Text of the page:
Stan is a part of Marma sessions, a group of musicians mixing music and art which is usually hosted at Café Kino. You can join in and stream @20:00 on Sunday 28th April, and every fortnight after that. The group are splitting profits amongst the musicians and the creators.
Check out Marma Sessions here.
The importance of the arts during times of social distancing
Music has shown to have positive influences over multiple areas of cognition and in mental health. It’s proven to be effective in therapy and a completely safe treatment. With mental wellbeing being put at risk during the lockdown, music could be of great importance – with fans possibly relying on the arts more than ever.
Although the lockdown might not all be doom and gloom. Peggy Gou, a producer and DJ, believed that creativity occurred in free time so as we come out of the lockdown, we could hope to see a rise in releases and production all over the industry. As fans it is crucial for us to endorse artists at this time not only to keep them afloat but to help support their creative development. Who knows what kinds of paths our favourite musicians will have taken with this much free time to explore and create.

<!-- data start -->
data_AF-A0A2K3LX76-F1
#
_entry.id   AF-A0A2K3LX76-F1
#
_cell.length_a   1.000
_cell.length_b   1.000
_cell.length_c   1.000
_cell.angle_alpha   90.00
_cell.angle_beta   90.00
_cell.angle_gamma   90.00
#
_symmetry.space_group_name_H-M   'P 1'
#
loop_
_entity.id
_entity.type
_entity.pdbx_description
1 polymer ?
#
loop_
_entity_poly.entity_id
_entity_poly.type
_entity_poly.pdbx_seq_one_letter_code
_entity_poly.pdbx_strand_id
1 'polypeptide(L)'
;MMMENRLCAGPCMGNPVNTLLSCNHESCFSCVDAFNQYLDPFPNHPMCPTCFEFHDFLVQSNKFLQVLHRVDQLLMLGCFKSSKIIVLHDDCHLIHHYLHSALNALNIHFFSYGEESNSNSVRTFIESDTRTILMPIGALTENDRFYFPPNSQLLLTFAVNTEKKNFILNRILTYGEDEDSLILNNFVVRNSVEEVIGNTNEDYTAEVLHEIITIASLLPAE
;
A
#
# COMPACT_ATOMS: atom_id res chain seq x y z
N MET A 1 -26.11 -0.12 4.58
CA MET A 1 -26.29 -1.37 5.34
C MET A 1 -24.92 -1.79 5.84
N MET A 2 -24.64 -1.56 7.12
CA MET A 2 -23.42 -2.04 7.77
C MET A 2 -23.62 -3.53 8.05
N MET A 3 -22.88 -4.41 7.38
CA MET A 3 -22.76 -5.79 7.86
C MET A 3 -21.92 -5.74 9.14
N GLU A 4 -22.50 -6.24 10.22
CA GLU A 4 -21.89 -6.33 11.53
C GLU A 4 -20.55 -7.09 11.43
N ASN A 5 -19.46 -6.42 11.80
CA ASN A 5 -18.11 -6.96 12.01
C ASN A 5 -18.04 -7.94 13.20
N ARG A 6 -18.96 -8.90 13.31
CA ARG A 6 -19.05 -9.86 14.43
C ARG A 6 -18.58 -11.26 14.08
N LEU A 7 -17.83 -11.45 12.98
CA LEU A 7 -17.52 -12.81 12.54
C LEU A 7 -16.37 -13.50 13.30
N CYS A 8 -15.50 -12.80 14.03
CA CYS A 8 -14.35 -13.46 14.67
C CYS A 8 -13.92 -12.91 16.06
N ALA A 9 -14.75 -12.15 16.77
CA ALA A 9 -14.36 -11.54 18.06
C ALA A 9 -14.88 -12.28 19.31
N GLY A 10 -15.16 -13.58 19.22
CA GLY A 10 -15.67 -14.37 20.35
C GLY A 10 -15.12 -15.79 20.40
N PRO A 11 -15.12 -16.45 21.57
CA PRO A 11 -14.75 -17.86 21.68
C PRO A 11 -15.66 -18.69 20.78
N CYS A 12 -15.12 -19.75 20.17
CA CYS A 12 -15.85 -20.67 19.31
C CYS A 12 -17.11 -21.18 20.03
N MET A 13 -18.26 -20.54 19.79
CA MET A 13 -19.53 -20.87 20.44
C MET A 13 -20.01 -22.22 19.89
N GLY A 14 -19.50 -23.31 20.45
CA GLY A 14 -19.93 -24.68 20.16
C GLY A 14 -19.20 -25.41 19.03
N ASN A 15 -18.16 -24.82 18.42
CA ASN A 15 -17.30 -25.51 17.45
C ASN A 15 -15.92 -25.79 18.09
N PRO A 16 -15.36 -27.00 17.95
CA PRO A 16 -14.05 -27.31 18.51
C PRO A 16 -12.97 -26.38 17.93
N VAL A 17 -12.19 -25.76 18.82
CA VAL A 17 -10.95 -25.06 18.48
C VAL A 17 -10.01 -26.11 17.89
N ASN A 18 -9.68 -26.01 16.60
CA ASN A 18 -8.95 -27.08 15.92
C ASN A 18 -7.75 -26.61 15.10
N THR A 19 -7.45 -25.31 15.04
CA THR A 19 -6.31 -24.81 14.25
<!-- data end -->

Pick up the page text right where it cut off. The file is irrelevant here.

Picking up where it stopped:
We’re hoping that artists and fans become more aware of their codependent relationship and that this closer relationship develops and continues throughout this situation.
How you can do your bit to support your favourite artists and creatives
If you feel inclined to support we’ve collected a range of ways you can do your bit. We realise some of you aren’t in the position to help monetarily so we’ve included some way you can help without spending a penny.